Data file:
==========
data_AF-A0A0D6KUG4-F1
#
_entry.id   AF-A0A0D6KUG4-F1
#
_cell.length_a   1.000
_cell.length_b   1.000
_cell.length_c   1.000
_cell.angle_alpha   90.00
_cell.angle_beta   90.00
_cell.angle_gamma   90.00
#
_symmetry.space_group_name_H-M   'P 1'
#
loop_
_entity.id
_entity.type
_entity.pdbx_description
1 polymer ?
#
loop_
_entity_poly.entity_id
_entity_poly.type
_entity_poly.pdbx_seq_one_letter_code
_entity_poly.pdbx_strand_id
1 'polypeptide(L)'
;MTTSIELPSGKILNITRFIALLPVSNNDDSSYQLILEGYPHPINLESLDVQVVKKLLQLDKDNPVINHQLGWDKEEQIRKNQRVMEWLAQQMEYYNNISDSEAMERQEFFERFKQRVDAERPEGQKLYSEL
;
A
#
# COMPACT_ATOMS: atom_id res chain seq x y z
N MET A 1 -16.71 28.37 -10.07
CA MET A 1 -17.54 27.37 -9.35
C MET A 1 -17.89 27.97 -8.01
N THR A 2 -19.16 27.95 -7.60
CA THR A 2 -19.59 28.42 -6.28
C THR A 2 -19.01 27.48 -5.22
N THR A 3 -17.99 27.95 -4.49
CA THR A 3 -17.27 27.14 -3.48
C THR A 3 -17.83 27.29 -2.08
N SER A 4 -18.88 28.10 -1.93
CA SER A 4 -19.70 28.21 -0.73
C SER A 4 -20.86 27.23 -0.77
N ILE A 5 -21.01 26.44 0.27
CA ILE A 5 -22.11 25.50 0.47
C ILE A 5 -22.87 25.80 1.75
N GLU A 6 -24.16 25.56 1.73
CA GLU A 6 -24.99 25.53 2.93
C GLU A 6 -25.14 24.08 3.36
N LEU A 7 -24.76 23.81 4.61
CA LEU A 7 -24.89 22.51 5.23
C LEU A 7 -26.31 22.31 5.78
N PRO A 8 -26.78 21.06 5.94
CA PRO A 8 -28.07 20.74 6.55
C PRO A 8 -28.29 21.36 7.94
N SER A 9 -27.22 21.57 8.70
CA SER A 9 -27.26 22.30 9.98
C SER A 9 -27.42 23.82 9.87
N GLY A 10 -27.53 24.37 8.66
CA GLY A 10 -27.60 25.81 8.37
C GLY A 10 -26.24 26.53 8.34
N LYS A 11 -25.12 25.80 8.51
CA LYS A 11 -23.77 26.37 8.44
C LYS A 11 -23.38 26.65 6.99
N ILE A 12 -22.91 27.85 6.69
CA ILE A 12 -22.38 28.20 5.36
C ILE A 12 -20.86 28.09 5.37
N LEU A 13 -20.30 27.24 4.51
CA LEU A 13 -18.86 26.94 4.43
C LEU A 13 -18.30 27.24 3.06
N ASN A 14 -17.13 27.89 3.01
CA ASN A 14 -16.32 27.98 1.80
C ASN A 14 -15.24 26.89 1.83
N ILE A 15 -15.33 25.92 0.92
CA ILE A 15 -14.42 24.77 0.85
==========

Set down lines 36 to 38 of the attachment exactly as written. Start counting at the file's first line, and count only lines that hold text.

C THR A 2 -19.01 27.48 -5.22
N THR A 3 -17.99 27.95 -4.49
CA THR A 3 -17.27 27.14 -3.48